Bob Russell (Colchester) (LD): This time last year, soldiers from 16 Air Assault Brigade were losing their lives in Afghanistan. Does the Prime Minister recall that I was critical then of the failure of major European countries to commit troops, helicopters, resources and financial support to that effort in southern Afghanistan. Bearing in mind the Prime Minister's reference in his statement to burden-sharing and his specific comment that, "In Afghanistan, international forces must take the lead on the front line", will he name the major European countries that over the past year have committed soldiers on the ground in Helmand province, provided helicopters and other military equipment and provided financial support for the British effort in Helmand?
The Prime Minister: Estonia and Denmark are working with the United States and Britain in Helmand. Countries present at the NATO summit pledged, I believe, 5,000 more troops for the election period. We set up the helicopter fund, which I think is now £13 million, and countries such as ourselves and France are contributing, while there are, of course, some countries that are prepared to use the helicopter capability, but do not have the resources to make the adjustments necessary for Afghanistan. The hon. Gentleman will know that France has sent just under 1,000 extra troops over the last few months.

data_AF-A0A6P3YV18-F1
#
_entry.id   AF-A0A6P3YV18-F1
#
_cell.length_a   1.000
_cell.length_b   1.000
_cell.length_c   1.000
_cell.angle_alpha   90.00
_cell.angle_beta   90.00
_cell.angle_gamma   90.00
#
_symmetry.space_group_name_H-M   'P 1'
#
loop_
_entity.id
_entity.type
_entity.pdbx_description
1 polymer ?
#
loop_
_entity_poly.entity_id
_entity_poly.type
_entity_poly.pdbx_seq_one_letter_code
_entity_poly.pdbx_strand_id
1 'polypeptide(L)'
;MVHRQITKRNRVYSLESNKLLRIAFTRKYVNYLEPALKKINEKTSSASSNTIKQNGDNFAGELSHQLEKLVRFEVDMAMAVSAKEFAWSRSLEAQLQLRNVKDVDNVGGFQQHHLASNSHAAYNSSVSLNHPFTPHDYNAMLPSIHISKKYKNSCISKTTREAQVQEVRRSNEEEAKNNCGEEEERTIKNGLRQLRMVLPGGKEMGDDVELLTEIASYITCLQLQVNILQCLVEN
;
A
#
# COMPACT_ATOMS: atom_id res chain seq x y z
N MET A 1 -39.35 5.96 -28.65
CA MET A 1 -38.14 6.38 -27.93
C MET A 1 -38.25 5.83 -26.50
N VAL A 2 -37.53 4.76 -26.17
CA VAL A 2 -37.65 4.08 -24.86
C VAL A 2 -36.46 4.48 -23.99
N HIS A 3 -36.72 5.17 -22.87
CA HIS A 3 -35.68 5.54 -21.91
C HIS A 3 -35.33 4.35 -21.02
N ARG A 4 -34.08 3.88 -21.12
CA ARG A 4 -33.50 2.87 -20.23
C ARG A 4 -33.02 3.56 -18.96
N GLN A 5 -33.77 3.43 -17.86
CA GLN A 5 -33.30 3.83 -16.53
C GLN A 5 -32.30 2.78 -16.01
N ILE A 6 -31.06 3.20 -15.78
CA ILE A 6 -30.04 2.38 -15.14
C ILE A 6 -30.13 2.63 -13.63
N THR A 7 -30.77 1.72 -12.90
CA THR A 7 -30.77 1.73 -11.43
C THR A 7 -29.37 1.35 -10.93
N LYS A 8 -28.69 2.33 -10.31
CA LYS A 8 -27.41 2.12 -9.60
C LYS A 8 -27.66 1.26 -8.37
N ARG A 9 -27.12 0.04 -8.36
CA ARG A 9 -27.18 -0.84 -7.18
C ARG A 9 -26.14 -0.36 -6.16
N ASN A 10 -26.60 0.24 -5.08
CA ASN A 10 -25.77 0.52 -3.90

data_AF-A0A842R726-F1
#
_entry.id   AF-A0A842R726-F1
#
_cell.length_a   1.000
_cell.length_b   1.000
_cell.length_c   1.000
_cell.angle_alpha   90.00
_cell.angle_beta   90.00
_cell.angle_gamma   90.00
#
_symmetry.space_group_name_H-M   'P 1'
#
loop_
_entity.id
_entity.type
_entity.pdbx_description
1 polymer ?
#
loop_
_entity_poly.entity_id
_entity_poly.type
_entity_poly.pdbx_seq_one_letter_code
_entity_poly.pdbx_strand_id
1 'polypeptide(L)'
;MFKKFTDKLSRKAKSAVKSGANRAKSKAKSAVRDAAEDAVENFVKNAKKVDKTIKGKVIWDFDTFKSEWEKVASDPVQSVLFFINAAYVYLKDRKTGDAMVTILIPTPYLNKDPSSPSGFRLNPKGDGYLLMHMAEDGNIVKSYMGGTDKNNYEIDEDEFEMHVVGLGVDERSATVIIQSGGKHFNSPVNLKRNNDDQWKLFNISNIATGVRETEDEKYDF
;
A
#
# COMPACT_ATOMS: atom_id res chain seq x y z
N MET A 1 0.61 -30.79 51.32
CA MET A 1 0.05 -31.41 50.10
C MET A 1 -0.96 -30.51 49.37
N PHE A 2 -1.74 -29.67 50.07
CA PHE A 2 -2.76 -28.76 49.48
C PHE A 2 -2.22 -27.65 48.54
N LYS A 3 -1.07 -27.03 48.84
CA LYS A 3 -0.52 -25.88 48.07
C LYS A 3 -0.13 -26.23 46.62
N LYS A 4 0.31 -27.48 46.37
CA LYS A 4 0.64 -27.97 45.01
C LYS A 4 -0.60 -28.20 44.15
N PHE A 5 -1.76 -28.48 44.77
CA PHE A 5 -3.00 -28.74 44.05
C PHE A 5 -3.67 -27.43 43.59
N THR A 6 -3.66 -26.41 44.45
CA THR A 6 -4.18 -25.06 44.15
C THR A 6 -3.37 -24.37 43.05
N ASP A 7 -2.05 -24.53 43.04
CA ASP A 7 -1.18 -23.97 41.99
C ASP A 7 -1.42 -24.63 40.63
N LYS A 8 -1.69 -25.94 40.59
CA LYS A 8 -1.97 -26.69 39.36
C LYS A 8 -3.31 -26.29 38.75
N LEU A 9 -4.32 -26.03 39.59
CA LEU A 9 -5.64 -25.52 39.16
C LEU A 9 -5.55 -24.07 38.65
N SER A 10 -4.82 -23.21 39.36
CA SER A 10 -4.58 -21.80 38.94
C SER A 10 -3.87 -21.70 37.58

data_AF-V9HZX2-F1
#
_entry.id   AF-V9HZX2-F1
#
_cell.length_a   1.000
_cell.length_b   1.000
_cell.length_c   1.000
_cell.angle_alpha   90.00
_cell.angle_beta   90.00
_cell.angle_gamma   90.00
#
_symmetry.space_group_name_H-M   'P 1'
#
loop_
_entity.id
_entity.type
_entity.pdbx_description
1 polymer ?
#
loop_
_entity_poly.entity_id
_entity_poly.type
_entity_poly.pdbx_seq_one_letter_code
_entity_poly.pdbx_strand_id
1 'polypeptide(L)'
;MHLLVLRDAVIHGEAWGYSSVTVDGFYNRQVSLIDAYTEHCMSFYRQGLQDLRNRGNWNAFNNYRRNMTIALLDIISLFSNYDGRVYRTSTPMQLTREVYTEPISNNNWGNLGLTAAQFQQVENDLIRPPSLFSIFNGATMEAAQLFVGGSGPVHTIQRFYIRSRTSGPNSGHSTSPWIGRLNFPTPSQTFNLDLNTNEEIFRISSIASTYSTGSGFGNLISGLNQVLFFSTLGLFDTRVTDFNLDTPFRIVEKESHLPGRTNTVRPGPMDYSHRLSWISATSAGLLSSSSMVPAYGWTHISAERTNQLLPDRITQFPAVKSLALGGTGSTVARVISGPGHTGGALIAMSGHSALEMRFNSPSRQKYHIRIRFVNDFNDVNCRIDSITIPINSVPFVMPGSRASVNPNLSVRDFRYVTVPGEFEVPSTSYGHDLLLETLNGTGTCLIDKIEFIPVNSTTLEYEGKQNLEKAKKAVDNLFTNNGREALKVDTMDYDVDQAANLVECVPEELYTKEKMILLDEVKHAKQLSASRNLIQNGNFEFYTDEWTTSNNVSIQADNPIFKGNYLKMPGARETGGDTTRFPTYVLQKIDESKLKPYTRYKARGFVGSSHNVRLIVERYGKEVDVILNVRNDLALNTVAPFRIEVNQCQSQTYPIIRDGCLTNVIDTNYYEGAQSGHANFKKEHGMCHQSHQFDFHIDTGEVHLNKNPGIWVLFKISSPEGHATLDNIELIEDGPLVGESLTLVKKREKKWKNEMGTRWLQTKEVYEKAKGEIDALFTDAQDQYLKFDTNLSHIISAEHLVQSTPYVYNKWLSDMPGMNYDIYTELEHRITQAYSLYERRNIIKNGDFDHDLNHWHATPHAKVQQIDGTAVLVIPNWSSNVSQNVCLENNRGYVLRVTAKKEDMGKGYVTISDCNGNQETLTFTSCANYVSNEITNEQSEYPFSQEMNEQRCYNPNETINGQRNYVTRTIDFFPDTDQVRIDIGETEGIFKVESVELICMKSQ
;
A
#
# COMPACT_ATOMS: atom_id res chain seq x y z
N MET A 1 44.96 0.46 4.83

Mark Durkan (Foyle) (SDLP): First, I join others in offering my condolences to the families and friends of the soldiers killed in Afghanistan-the genuine concern at the high human cost of that engagement is sometimes debased by cheap political commentary. On the substance of the Prime Minister's statement, he said that the leaders of the G8 agreed to do what it takes to make progress on growth, commodity prices and trade. On commodity prices, does the Prime Minister believe that that will include curbing the ability of banks and other financial institutions in the future to speculate on commodity indices and futures in a way that drove price surges in food and fuel in the past?
The Prime Minister:
I am grateful for my hon. Friend's comments on Afghanistan. As far as oil is concerned, yes, we are looking at what is happening in the oil